How Seismic Hazards Affect Our Community and Infrastructure

In this episode, we talk to Chukwuebuka Nweke, Ph.D, an assistant professor of civil and environmental engineering at the University of Southern California, about seismic hazards and the impact of earthquakes on our infrastructure.

Engineering Quotes:

Seismic Hazards

Seismic Hazards

Here Are Some of the Questions We Ask Chukwuebuka:

  • What made you make the transition from consultant to professor in your engineering career?
  • What types of seismic hazards have you investigated and how do you measure seismic risk?
  • What is a seismic site response?
  • What is the impact of earthquakes on infrastructure?
  • Why is evaluating the seismic hazards damage of urban road infrastructure systems important?
  • How has your involvement in various associations and committees helped grow your engineering career?
  • What advice would you like to give to geotechnical engineers out there?

Here Are Some of the Key Points Discussed About How Seismic Hazards Affect Our Community and Infrastructure:

  • Many people early in their engineering careers do not think they will become a professor one day. Most professors continued their engineering career path until it led them to a faculty position. You must have a love for research and be inquisitive to become a professor.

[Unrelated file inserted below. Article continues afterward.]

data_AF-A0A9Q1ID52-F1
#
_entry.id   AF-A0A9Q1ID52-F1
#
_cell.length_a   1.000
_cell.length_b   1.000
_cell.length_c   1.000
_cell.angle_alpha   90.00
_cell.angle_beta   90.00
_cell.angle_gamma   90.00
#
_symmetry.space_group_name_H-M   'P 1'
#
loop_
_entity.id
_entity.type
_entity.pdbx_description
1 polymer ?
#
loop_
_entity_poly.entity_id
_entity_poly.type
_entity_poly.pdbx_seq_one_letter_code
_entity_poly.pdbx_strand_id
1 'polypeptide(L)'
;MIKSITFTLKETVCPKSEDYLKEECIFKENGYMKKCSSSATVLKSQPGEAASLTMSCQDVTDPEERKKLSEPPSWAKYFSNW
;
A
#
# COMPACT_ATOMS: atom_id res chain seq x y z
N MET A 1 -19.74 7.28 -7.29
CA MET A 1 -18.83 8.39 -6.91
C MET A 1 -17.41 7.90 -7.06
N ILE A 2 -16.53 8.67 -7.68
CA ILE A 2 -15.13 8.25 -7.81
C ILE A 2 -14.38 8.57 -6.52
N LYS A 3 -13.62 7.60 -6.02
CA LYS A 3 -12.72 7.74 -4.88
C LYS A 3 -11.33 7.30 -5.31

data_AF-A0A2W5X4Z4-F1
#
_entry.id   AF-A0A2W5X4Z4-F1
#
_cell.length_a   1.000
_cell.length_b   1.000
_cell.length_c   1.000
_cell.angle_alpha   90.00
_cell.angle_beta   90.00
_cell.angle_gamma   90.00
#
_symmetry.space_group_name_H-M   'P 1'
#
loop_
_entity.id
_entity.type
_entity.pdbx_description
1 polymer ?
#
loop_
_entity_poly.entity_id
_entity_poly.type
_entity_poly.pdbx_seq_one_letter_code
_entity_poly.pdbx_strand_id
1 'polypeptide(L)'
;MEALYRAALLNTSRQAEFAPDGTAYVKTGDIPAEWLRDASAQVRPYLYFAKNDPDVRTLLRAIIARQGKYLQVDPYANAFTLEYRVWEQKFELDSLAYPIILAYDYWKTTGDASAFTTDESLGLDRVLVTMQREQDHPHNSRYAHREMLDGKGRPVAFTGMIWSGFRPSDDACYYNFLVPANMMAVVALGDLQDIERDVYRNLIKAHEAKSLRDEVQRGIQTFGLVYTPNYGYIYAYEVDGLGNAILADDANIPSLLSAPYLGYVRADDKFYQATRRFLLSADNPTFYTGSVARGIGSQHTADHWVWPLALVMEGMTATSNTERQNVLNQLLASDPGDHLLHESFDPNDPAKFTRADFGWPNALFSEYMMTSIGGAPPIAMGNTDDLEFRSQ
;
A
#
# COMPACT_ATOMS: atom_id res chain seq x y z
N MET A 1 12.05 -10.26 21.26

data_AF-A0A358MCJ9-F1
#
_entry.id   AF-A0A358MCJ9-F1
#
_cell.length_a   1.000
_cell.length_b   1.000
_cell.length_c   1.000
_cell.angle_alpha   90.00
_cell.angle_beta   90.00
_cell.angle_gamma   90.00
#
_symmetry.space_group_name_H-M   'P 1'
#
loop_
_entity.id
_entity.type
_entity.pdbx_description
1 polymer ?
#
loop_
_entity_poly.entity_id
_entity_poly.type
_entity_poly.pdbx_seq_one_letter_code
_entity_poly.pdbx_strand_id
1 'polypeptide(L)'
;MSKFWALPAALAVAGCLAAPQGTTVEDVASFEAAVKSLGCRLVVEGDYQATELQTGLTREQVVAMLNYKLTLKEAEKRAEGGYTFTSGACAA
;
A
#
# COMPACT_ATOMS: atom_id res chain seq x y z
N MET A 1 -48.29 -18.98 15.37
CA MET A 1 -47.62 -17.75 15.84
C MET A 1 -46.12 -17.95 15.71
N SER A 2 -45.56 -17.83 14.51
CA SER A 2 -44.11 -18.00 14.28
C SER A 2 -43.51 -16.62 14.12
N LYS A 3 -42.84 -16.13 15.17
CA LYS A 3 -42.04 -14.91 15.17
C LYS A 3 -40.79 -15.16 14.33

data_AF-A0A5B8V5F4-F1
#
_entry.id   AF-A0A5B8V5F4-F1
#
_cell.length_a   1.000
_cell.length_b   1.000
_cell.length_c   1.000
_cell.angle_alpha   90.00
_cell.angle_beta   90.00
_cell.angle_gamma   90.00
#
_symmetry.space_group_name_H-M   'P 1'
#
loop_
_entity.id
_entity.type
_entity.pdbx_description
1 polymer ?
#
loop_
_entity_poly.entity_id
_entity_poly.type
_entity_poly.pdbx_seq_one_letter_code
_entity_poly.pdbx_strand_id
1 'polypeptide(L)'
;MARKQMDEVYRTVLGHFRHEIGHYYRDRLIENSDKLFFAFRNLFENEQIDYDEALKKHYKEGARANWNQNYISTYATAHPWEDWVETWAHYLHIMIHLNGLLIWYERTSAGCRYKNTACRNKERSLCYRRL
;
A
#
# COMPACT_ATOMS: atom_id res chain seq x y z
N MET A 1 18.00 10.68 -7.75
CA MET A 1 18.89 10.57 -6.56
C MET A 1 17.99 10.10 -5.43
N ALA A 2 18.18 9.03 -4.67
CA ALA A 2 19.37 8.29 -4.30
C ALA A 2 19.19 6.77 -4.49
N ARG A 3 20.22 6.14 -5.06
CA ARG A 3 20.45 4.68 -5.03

• Always follow your dreams no matter what life throws at you. You might run into some roadblocks and do some jobs that you are not entirely interested in along the way. We do not know what will happen in the future, but if you continue pushing for your dream, you will likely get what you are dreaming about in the end, and usually not how you planned to get it.
  • Sedimentary basins are formed by an impression in the earth that gets filled with sediments coming from erosion and mass wasting coming from the surrounding hills, which form a flat, low-lying plane. The seismic hazards side effects in these basins are researched because it relates to the induction of hazard levels that affect infrastructure that is critical to life and the safety of the population — and urban areas are largely congregated in these basins. The infrastructure that is affected in these basins is medium to tall buildings and bridges. To quantify the risks, you must first quantify the hazards.
  • A seismic site response is just the response to seismic behavior in a particular location under earthquake excitation, and is influenced by a variety of mechanisms. It is about understanding a site that is a stack of different materials, orientations, and hazards that are at a distance or close by.